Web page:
Philippines, U.S. begin war games focusing on maritime threats
MANILA (Reuters) - Thousands of Philippine and U.S. soldiers began annual war games on Monday, the first under a new security pact with the United States, focusing on maritime security in the face of China's growing naval presence in the disputed South China Sea.
The joint exercises "Balikatan" (shoulder-to-shoulder) would test the combat readiness of the two oldest allies in this part of the world to respond to any maritime threats, including piracy and humanitarian assistance and disaster response.
The new security pact was signed last week just hours before U.S. President Barack Obama visited. Obama said the agreement was a testament to Washington's "pivot" to Asia and was an "ironclad" commitment to defend the Philippines.
The Philippines has territorial disputes with China over the South China Sea, which is said to be rich in energy deposits and carries about $5 billion in ship-borne trade every year. The Spratlys in the South China Sea are also claimed by Brunei, Malaysia, Taiwan and Vietnam.
"Tensions in the Asia-Pacific region have increased due to excessive and expansive maritime and territorial claims, undermining the rule of law," Foreign Affairs Secretary Albert del Rosario said at the opening ceremony at the main army base in Manila.
"The aggressive patterns of behavior aimed at changing the status quo threaten peace and stability in the region. Balikatan 2014, with its focus on maritime security, strongly supports our capabilities to address these challenges."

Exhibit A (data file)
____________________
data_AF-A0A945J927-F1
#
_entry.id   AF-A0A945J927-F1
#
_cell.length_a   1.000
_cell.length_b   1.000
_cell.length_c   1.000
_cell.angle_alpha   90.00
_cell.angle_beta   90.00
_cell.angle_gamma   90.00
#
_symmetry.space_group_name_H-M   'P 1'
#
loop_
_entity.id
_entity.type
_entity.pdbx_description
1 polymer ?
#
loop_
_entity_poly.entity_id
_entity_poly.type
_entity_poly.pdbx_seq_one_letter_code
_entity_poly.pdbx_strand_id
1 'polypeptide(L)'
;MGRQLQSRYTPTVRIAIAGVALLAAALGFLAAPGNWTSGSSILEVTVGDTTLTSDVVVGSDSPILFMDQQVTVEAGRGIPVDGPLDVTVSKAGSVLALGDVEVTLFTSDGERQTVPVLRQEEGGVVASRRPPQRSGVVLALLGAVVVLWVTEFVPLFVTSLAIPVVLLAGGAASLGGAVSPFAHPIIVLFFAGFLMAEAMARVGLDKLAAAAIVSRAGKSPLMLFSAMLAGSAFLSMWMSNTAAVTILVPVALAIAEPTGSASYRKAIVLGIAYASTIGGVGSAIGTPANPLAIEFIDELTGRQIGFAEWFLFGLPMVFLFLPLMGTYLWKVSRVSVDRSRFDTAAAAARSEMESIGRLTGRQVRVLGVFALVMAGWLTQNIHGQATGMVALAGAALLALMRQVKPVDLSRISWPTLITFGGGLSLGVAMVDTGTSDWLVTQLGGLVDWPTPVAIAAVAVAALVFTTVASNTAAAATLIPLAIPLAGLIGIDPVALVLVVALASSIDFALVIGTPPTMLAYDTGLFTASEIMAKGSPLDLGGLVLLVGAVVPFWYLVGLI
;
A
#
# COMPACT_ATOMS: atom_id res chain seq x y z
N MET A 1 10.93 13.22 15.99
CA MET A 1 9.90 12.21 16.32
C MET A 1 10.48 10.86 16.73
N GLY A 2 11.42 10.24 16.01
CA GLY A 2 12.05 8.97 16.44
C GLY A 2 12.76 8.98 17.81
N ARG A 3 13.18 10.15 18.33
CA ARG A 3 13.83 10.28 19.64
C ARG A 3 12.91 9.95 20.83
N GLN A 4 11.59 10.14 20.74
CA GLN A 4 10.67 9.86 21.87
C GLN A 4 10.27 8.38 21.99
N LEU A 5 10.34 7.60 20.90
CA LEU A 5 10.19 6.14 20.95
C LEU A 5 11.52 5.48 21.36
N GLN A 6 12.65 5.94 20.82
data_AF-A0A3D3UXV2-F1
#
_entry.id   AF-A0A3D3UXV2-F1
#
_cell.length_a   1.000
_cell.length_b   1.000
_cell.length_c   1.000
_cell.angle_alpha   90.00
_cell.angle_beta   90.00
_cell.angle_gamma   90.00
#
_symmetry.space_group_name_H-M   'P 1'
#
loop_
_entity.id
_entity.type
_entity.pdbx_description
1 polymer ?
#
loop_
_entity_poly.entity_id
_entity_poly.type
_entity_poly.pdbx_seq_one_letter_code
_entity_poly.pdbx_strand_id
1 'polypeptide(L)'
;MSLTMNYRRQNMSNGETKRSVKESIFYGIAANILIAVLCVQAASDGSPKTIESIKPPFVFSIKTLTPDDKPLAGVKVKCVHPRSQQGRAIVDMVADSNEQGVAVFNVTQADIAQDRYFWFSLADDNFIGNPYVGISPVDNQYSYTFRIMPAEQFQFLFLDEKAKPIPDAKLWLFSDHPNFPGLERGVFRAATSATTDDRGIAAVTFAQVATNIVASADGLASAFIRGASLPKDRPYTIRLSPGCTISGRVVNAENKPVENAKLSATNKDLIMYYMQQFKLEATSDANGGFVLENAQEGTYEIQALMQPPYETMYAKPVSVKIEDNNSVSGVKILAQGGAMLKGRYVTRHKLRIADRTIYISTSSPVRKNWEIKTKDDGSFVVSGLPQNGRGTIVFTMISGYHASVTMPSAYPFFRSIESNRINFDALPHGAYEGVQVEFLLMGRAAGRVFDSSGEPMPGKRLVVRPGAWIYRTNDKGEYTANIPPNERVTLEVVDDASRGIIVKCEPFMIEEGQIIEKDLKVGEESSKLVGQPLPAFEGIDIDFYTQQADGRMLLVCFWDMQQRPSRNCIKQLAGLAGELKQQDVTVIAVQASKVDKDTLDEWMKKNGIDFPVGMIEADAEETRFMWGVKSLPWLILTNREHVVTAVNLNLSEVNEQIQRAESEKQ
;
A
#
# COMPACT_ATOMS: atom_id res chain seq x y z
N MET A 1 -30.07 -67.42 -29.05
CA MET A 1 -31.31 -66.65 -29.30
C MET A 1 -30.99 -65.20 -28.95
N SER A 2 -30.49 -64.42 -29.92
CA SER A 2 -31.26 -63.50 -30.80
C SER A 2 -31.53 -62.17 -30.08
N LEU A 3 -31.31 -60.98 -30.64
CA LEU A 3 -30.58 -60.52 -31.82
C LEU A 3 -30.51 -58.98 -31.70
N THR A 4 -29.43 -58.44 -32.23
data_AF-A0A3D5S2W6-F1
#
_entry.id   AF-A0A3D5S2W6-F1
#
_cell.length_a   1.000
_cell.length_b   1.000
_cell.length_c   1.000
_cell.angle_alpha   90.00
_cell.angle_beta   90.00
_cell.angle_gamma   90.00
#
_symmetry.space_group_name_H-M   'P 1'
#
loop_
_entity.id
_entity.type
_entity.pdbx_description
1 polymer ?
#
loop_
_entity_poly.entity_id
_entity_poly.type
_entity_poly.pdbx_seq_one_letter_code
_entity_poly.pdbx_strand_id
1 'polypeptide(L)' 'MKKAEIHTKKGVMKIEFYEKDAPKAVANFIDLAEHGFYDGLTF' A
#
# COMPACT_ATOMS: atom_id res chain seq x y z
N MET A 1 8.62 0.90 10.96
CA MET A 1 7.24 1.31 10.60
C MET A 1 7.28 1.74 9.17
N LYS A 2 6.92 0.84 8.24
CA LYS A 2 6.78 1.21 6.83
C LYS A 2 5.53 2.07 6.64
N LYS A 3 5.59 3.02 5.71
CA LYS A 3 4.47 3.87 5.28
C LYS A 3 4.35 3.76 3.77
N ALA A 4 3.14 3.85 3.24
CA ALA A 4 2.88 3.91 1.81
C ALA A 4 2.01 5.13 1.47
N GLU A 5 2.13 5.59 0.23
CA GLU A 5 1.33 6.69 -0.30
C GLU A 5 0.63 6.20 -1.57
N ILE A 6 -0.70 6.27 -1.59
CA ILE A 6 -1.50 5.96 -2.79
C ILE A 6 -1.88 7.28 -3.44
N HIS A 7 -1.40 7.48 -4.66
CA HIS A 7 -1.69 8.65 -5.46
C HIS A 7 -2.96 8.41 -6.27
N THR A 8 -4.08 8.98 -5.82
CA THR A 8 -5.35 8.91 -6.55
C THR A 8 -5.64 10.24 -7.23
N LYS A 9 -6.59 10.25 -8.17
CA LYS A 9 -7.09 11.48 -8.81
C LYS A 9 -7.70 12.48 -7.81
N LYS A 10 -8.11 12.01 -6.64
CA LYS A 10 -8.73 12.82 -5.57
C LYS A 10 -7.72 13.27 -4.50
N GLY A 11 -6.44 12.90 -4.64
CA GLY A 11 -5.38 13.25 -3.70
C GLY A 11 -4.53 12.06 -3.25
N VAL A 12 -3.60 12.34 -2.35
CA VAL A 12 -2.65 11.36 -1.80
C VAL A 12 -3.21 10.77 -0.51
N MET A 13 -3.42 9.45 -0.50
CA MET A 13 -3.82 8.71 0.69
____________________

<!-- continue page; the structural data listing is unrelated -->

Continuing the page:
Asked about the exercises, Chinese Foreign Ministry spokeswoman Hua Chunying said all sides needed to work "constructively" to maintain peace and stability in the Asia Pacific region.
"We hope that the relevant U.S.-Philippines drills can work in this direction," she told a daily news briefing.
On Saturday, a navy plane dropped food and water to troops stationed on a transport ship that ran aground on the disputed Second Thomas Shoal in the South China Sea. Chinese coast guard ships have set up a blockade around the shoal.
Nearly 5,500 American and Filipino troops are taking part in the two-week drills in different parts of the main island of Luzon. The war games will see U.S. F-18 fighters rehearse bombing runs and troops involved in live fire drills.
Under a new security pact, the Enhanced Defence Cooperation Agreement, signed last week during Obama's visit, the U.S. will have wider access to local bases and construct facilities to store supplies and equipment for 10 years in exchange for increased support on maritime security and humanitarian assistance.
The annual war games come under the 1951 Mutual Defense Treaty, part of a web of security alliances the United States built in the Asia-Pacific region during the Cold War.
Dozens of leftwing activists protested outside the main army base in Manila, saying the Americans were using China as a bogeyman to gain a forward base in the Philippines.
"Our armed forces will not modernize just because we conduct war games with U.S. forces," said Renato Reyes, secretary-general of leftwing group Bayan (Nation).
"Our capacity to defend our territory against China will not be improved just because there are training exercises.